“Category management is a process in which manufacturers and retailers combine efforts and information to determine the changes needed to a category for maximum returns to the retailer while providing the most efficient assortment for the consumer. The process includes analysis of assortment based on sales and dollars, fair share of shelf to dollar returns, shelf inventory, SKU placement, consumer loyalty, pricing analysis as well as promotional planning for a category,” explained Krissy DeGuisto, category management manager for Allied Domecq Spirits, North America. “The end result would provide a retailer with an easily shopped, consumer-friendly category that is organized with a methodology that a consumer could follow, yet provide price, flavor [and] size options for a consumer to maximize category purchases.”
And the facts available these days are myriad.
Of course, the starting point for any retail operation looking at a category would be its own sales history for that category. But that’s just the sales taking place now.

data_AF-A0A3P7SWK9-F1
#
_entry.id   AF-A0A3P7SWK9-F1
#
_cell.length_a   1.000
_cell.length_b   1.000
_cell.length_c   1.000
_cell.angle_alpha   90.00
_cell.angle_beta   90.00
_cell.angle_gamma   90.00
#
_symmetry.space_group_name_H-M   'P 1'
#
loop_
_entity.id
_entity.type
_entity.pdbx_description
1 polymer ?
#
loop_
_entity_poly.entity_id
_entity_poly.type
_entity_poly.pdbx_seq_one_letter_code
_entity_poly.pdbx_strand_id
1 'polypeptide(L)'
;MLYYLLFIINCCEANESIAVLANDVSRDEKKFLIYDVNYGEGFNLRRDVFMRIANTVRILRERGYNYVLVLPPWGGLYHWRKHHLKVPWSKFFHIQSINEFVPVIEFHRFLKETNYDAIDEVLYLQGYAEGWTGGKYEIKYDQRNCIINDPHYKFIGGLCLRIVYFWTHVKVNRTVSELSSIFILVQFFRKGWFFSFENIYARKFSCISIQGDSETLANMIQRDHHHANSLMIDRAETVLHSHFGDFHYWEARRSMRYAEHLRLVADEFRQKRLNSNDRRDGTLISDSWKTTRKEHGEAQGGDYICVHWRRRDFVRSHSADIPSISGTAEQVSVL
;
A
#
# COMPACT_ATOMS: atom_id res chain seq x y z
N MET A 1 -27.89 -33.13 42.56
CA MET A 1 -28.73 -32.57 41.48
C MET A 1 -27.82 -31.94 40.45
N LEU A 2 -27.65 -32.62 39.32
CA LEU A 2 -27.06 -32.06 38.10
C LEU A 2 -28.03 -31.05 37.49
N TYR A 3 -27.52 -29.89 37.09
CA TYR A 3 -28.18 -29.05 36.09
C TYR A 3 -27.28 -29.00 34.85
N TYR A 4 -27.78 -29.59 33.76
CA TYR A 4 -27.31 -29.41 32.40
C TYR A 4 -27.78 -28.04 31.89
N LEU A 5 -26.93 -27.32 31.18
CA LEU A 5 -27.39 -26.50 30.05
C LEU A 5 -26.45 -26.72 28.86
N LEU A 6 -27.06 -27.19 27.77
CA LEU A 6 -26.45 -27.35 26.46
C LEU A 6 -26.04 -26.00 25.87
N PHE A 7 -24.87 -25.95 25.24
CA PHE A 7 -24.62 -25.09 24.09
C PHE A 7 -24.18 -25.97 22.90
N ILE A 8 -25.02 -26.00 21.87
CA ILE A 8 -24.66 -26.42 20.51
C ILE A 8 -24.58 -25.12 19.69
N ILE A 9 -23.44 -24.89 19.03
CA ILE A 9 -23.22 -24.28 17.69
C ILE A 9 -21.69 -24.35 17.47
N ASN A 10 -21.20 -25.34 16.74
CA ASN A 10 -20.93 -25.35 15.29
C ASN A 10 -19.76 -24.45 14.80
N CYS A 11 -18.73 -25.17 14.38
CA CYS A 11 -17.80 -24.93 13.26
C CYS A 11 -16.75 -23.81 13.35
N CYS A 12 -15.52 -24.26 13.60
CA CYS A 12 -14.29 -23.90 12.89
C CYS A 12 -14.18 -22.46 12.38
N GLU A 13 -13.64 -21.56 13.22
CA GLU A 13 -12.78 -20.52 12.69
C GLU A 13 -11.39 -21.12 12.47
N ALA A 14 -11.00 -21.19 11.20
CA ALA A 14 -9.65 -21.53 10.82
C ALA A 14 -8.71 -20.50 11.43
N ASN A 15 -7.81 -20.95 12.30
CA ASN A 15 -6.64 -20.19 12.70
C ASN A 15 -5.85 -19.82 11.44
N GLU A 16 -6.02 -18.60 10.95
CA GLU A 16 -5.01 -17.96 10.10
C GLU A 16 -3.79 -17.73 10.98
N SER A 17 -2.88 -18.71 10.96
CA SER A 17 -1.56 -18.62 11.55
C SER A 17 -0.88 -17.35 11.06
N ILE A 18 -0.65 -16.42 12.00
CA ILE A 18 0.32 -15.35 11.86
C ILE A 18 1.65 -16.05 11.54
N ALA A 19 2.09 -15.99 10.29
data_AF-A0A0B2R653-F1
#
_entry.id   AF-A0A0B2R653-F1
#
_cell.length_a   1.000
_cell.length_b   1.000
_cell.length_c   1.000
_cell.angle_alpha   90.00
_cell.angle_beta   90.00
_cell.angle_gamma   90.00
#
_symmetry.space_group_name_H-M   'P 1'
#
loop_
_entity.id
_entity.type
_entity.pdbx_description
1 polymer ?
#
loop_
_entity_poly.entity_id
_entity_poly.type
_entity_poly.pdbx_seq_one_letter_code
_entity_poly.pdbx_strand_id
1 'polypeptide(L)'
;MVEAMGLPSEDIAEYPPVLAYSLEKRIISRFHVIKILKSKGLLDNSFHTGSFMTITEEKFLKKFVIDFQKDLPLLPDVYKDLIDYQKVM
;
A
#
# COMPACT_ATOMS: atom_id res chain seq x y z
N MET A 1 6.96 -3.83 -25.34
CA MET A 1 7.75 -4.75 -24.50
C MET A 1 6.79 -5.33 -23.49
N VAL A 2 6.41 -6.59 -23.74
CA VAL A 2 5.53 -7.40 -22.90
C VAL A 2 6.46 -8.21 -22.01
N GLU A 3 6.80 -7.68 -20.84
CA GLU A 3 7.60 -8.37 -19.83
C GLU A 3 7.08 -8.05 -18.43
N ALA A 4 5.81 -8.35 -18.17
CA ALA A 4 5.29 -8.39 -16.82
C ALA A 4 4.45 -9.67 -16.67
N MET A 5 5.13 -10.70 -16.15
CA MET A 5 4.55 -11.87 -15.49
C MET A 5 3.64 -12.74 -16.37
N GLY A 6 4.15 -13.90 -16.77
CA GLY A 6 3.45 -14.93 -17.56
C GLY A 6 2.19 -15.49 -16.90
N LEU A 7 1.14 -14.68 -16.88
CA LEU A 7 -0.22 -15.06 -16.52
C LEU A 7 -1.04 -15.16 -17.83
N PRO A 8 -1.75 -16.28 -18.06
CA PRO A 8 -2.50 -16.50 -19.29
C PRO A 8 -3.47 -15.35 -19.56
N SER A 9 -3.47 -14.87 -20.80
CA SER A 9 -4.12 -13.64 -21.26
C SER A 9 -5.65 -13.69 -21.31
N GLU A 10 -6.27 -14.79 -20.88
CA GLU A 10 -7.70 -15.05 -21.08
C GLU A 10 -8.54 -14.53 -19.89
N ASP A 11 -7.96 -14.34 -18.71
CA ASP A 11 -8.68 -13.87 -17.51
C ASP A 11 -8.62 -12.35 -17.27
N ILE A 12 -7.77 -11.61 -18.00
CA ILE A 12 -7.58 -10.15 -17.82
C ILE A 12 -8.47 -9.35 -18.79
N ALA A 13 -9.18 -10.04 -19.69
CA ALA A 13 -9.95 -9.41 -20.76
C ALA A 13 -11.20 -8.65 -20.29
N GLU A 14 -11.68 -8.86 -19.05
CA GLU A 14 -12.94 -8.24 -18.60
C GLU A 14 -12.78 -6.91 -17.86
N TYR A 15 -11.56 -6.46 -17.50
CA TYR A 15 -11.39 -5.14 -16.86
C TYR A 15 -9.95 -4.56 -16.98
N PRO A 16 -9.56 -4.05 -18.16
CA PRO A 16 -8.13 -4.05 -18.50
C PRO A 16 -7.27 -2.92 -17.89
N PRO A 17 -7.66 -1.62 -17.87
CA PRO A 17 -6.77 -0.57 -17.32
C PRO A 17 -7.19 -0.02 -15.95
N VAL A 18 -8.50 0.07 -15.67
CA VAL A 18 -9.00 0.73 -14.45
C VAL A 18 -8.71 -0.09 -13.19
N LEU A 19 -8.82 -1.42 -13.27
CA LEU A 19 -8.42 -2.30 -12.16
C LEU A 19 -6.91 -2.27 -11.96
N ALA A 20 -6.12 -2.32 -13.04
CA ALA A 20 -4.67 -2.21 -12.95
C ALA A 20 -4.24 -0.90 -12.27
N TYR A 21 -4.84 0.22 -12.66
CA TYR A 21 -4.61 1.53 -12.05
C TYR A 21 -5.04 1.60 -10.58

Category management also looks at demographic information about consumers in the store’s area and, where applicable, the sales history of the category in nearby markets and competing stores. This is traditionally where manufacturers, or suppliers, come in. They are often able to provide a control state agency with such information, including general consumer data purchased from marketing information companies, such as ACNielsen and Spectra. This information can help determine what the potential sales of a category could be.
“Generally speaking, simply, what you are looking to do is understand consumer purchasing. How do they buy the product? Why? From where? When? What is their trip frequency? What are the other items in their shopping basket?” said Sam Anderson, a strategic account leader at Brown-Forman.